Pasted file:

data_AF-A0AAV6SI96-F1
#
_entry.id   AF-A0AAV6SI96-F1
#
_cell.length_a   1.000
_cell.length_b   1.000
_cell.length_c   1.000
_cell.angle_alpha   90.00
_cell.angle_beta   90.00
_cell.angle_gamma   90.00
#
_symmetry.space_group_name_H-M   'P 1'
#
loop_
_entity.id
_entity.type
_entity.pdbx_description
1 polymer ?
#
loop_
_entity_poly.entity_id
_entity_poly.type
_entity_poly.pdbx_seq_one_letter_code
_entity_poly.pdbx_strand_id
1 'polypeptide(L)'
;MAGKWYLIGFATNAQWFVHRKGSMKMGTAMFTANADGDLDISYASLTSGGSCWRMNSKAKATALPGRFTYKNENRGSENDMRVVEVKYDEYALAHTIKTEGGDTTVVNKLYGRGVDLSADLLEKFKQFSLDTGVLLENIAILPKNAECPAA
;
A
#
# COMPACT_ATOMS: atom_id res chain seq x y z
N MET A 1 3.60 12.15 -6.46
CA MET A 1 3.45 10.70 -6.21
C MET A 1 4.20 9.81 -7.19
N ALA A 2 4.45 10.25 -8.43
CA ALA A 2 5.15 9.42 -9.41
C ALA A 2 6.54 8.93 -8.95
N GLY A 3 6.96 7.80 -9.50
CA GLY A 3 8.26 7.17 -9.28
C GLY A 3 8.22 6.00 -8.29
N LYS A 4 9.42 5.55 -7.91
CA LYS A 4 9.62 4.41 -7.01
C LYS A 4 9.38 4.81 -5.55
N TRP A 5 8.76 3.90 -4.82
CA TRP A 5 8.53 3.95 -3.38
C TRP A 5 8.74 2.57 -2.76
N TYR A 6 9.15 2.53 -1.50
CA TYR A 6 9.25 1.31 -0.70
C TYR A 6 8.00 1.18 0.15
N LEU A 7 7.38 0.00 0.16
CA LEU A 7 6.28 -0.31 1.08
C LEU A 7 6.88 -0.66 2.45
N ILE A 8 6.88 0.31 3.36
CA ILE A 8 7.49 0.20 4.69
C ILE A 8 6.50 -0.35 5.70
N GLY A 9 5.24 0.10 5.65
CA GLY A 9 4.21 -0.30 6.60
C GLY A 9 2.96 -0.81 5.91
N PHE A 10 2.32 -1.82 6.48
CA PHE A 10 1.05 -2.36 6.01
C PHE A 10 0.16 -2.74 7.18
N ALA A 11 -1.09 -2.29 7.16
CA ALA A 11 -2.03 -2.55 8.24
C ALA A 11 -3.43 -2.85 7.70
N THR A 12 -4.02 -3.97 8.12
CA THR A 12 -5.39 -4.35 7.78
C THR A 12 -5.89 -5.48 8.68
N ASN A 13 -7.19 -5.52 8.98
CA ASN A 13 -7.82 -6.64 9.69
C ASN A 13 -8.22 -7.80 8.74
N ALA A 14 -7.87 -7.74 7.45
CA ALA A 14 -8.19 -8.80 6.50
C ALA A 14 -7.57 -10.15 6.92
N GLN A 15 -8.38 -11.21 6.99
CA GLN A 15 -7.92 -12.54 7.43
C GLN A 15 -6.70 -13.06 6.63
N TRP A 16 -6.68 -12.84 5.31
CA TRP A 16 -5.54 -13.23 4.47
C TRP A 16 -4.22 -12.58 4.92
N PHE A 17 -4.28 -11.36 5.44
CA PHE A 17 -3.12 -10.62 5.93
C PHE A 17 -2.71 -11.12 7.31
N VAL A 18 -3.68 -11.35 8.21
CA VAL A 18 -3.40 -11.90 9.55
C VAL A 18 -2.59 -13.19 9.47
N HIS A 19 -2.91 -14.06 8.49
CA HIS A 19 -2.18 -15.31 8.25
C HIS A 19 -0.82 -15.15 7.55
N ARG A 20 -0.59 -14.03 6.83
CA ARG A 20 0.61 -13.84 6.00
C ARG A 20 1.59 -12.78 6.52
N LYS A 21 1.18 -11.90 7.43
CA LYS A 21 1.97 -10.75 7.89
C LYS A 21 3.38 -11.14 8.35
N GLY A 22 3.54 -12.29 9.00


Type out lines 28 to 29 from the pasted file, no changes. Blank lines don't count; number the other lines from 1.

A
#